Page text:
The sky was beautiful as I was driving back to the city last night. So beautiful I felt compelled to pull over and take a couple of quick photos, including this one which I took with my smartphone.
And these two which I took with my camera.
I think it's very cool that the blue in this one almost looks like water.
Saturday, September 17, 2011
For example, I didn't intend to run this morning. I'd skipped a scheduled 5k run last evening because I thought I might be coming down with something, then slept restlessly. Although awake a little after 5:00, I stayed in bed, Her Majesty curled by my side, until nearly 7:00.
But, as I sat sipping coffee and gazing out my apartment window at the harbour, I noticed heavy grey clouds scudding across the sky and tree branches heavy with rain being whipped by the wind, and was suddenly overwhelmed by an urge to run. Before I had time to think about it, I'd donned my running gear (including a long-sleeved shirt for the first time in months) and was headed out to run a brisk 6kms around the lake.
I'm not really sure where the urge came from. Perhaps, it was the wind. I've always loved windy days because they remind me of my happy childhood on a beautiful island where the wind blew almost incessantly. The sound of it and feel of it on my skin are energizing and comforting at the same time.
Or perhaps it was as simple as needing to run off the tension of a frantic week and too much thinking. Or a function of my type A determination to run 60+ kilometres this week - whatever else I did.
Wherever it came from, I'm grateful. The fresh air and exercise were exactly what I needed to start a tough day at the end of a demanding week. Here's hoping the urge to run is as strong tomorrow when I'm scheduled to run 34kms!
Wednesday, September 14, 2011
To forgive is to set a prisoner free and discover the prisoner was you. - Louis B. Smedes
Forgiveness is the final form of love. - Reinhold Niebuhr
I've been thinking a lot about forgiveness lately - what it means, how it works, and what it accomplishes.
I've written before that I don't think forgiveness is about "forgetting" or "condoning" someone's actions. It's about accepting the things that have happened and showing empathy and compassion for the person you think is responsible for the hurt and betrayal you feel.
I've noticed though that it's often harder to forgive those you care most about - perhaps, because it's so painful and confusing when they do things that hurt you.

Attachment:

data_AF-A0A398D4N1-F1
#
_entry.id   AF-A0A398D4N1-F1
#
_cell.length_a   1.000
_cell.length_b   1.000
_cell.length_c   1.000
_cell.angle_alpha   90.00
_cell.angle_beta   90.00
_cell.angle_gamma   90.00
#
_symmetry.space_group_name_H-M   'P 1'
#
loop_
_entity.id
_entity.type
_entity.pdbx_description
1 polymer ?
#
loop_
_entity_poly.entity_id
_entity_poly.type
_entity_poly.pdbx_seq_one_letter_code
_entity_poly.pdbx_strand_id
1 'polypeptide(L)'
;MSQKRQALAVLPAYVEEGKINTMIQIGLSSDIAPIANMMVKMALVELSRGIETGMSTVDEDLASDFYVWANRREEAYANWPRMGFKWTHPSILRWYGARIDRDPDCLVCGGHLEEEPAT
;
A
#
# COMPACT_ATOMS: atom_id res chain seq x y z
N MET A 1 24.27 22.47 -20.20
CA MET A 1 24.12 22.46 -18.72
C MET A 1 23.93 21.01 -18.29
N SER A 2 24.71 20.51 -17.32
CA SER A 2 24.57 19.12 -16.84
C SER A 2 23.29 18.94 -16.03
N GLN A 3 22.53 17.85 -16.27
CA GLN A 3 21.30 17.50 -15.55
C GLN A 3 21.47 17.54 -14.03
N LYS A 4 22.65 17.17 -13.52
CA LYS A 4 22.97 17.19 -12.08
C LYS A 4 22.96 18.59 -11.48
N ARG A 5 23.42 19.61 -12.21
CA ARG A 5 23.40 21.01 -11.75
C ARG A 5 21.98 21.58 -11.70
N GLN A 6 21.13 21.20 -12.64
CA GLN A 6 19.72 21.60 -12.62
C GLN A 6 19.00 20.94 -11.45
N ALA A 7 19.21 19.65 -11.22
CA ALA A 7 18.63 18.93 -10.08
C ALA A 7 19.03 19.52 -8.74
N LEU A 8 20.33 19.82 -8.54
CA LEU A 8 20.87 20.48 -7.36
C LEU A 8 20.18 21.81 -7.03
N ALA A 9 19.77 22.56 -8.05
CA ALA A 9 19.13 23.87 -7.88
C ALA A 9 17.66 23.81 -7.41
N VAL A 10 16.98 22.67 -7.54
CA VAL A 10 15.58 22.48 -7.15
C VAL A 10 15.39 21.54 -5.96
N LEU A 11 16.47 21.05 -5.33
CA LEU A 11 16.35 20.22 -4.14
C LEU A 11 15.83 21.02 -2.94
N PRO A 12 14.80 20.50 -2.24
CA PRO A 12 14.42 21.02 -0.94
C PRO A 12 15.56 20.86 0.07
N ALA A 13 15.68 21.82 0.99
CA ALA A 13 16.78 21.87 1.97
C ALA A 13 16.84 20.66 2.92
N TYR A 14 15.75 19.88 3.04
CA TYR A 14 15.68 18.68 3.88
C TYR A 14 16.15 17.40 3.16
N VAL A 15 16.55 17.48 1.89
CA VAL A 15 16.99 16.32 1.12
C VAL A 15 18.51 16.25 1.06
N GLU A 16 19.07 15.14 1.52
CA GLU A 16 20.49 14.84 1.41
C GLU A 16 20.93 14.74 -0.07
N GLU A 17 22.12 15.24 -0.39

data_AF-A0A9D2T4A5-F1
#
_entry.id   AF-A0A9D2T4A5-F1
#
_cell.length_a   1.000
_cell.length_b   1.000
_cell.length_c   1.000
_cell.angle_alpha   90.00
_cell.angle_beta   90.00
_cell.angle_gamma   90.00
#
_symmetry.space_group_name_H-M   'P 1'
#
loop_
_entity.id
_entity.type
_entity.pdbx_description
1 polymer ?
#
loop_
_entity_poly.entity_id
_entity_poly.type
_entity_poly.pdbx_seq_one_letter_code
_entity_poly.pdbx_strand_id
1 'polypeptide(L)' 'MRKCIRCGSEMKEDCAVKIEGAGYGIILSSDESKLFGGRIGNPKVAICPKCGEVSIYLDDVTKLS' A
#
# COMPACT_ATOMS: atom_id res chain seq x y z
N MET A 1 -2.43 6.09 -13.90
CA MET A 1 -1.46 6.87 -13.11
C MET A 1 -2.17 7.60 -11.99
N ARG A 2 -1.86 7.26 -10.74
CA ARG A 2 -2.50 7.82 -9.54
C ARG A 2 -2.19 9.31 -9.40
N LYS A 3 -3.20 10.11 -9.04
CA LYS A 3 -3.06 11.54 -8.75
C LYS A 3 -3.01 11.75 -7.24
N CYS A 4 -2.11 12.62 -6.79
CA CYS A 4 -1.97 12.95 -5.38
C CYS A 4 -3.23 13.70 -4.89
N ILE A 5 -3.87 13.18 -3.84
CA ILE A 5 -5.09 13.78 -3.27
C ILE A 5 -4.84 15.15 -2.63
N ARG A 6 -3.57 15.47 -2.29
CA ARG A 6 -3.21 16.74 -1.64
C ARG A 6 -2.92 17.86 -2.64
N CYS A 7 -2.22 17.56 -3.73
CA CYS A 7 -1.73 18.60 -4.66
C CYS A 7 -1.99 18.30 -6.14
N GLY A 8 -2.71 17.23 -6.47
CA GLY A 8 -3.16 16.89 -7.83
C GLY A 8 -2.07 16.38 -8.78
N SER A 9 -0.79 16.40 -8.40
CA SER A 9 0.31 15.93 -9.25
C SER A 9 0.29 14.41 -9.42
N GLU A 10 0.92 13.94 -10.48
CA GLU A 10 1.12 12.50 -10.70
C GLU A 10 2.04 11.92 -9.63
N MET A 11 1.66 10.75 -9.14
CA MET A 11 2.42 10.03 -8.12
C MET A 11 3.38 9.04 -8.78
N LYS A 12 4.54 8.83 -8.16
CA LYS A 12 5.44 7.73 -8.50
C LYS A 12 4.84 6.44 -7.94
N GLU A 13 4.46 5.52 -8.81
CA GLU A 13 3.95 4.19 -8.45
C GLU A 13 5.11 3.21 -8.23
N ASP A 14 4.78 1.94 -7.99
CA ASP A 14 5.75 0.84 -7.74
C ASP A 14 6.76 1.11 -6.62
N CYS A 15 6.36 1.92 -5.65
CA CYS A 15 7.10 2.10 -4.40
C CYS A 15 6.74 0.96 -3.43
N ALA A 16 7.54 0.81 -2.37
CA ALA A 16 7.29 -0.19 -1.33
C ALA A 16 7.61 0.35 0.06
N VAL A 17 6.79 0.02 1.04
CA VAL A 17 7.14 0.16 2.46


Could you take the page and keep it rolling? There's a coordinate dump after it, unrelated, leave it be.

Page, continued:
It's also harder to forgive when the person who's hurt you doesn't appear to have any genuine insight into what they've done or feel any real remorse.
Lastly, I think it's harder to forgive when you're vulnerable or stressed as a result of other things going on in your life.
We all make mistakes. We all need forgiveness from time to time. Goodness knows, I've been the recipient of far more forgiveness than I had any right to expect. So I believe forgiveness is a gift we should try to offer one another when we can - even when the recipient isn't particularly interested in receiving it.
Hopefully, they'll eventually come to appreciate what's offered. But, if they don't, at least you'll know you did what you could to create a little more peace in the world - a little space for quiet reflection, compassion and reconciliation.
And, who knows, maybe the person you forgive will remember and "pay it forward" - offering forgiveness and compassion to someone who wants and needs it more than they do.
Friday, September 2, 2011
Over the past few months, I've continued working on my chi running technique. Some elements are coming along nicely - others, not so much.
For example, my "cadence" (footfalls per minute) has increased to something close to the ideal of 180, my core has gotten noticeably stronger, and, at the end of my long runs, my abdominals and hip flexors usually feel more fatigued than my legs. My biceps are stronger and more defined too - presumably as a result of changes in the way I swing my arms.
Still, there are some elements with which I continue to struggle - most notably loosening my hips so I'm able to extend my stride when running downhill or picking up speed, and being present enough to notice when things go awry.
It shouldn't be so hard to stay present. I deliberately keep distractions to a minimum. I don't run with headphones, I nearly always run alone and I do my best not to think about work. However, very often I can't resist "writing" while I run - developing themes for my next blog post or simply composing messages to friends and family.
A case in point: My long slow run last weekend was 33kms along a beautiful coastal road. The sun shone brightly but there was a stiff breeze compliments of Tropical Storm Irene. For the first half of the run, I did a good job of concentrating on maintaining my form while still enjoying the scenery around me. As a result, my body felt balanced and strong. At around the 26km mark, however, I suddenly noticed things had changed. My left shoulder was tight and had shifted forward and up, my neck and upper back were hurting, and my gait was lopsided. When had all that happened and why hadn't I noticed sooner?